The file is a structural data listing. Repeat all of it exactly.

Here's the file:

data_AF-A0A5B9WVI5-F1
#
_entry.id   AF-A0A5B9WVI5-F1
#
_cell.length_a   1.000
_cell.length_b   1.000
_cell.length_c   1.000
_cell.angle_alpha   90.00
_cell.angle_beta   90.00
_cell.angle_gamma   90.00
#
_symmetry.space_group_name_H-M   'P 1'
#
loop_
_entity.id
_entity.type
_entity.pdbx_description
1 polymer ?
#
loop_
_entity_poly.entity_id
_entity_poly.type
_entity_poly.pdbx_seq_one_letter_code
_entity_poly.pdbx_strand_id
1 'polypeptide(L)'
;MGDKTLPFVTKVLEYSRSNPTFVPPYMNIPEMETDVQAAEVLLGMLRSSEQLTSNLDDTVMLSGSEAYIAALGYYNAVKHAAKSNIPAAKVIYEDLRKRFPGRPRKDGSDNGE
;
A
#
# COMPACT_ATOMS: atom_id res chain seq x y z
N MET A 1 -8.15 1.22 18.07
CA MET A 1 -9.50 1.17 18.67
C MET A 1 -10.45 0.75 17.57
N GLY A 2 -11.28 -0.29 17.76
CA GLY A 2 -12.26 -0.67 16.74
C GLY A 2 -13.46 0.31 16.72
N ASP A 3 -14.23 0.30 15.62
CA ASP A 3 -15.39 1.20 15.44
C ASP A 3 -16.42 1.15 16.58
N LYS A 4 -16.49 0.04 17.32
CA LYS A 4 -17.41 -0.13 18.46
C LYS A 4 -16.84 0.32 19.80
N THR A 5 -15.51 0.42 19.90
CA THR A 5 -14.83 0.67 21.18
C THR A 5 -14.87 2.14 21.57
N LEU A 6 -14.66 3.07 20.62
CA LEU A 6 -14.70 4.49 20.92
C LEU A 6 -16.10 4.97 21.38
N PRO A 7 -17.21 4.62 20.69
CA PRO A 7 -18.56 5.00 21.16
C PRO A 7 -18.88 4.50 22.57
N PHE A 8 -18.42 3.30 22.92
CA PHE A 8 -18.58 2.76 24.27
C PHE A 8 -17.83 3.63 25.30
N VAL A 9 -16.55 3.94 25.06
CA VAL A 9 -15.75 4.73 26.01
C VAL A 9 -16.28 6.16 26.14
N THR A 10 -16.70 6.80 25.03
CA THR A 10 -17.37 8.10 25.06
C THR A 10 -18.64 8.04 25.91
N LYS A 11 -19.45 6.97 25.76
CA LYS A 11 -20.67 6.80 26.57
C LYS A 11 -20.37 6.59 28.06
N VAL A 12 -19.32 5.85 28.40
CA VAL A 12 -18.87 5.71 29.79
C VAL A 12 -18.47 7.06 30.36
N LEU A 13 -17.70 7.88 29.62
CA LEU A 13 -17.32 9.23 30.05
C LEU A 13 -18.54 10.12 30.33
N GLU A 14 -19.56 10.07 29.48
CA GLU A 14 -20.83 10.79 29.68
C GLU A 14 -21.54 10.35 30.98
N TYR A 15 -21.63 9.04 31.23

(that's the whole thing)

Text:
data_AF-A0A5B9WVI5-F1
#
_entry.id   AF-A0A5B9WVI5-F1
#
_cell.length_a   1.000
_cell.length_b   1.000
_cell.length_c   1.000
_cell.angle_alpha   90.00
_cell.angle_beta   90.00
_cell.angle_gamma   90.00
#
_symmetry.space_group_name_H-M   'P 1'
#
loop_
_entity.id
_entity.type
_entity.pdbx_description
1 polymer ?
#
loop_
_entity_poly.entity_id
_entity_poly.type
_entity_poly.pdbx_seq_one_letter_code
_entity_poly.pdbx_strand_id
1 'polypeptide(L)'
;MGDKTLPFVTKVLEYSRSNPTFVPPYMNIPEMETDVQAAEVLLGMLRSSEQLTSNLDDTVMLSGSEAYIAALGYYNAVKHAAKSNIPAAKVIYEDLRKRFPGRPRKDGSDNGE
;
A
#
# COMPACT_ATOMS: atom_id res chain seq x y z
N MET A 1 -8.15 1.22 18.07
CA MET A 1 -9.50 1.17 18.67
C MET A 1 -10.45 0.75 17.57
N GLY A 2 -11.28 -0.29 17.76
CA GLY A 2 -12.26 -0.67 16.74
C GLY A 2 -13.46 0.31 16.72
N ASP A 3 -14.23 0.30 15.62
CA ASP A 3 -15.39 1.20 15.44
C ASP A 3 -16.42 1.15 16.58
N LYS A 4 -16.49 0.04 17.32
CA LYS A 4 -17.41 -0.13 18.46
C LYS A 4 -16.84 0.32 19.80
N THR A 5 -15.51 0.42 19.90
CA THR A 5 -14.83 0.67 21.18
C THR A 5 -14.87 2.14 21.57
N LEU A 6 -14.66 3.07 20.62
CA LEU A 6 -14.70 4.49 20.92
C LEU A 6 -16.10 4.97 21.38
N PRO A 7 -17.21 4.62 20.69
CA PRO A 7 -18.56 5.00 21.16
C PRO A 7 -18.88 4.50 22.57
N PHE A 8 -18.42 3.30 22.92
CA PHE A 8 -18.58 2.76 24.27
C PHE A 8 -17.83 3.63 25.30
N VAL A 9 -16.55 3.94 25.06
CA VAL A 9 -15.75 4.73 26.01
C VAL A 9 -16.28 6.16 26.14
N THR A 10 -16.70 6.80 25.03
CA THR A 10 -17.37 8.10 25.06
C THR A 10 -18.64 8.04 25.91
N LYS A 11 -19.45 6.97 25.76
CA LYS A 11 -20.67 6.80 26.57
C LYS A 11 -20.37 6.59 28.06
N VAL A 12 -19.32 5.85 28.40
CA VAL A 12 -18.87 5.71 29.79
C VAL A 12 -18.47 7.06 30.36
N LEU A 13 -17.70 7.88 29.62
CA LEU A 13 -17.32 9.23 30.05
C LEU A 13 -18.54 10.12 30.33
N GLU A 14 -19.56 10.07 29.48
CA GLU A 14 -20.83 10.79 29.68
C GLU A 14 -21.54 10.35 30.98
N TYR A 15 -21.63 9.04 31.23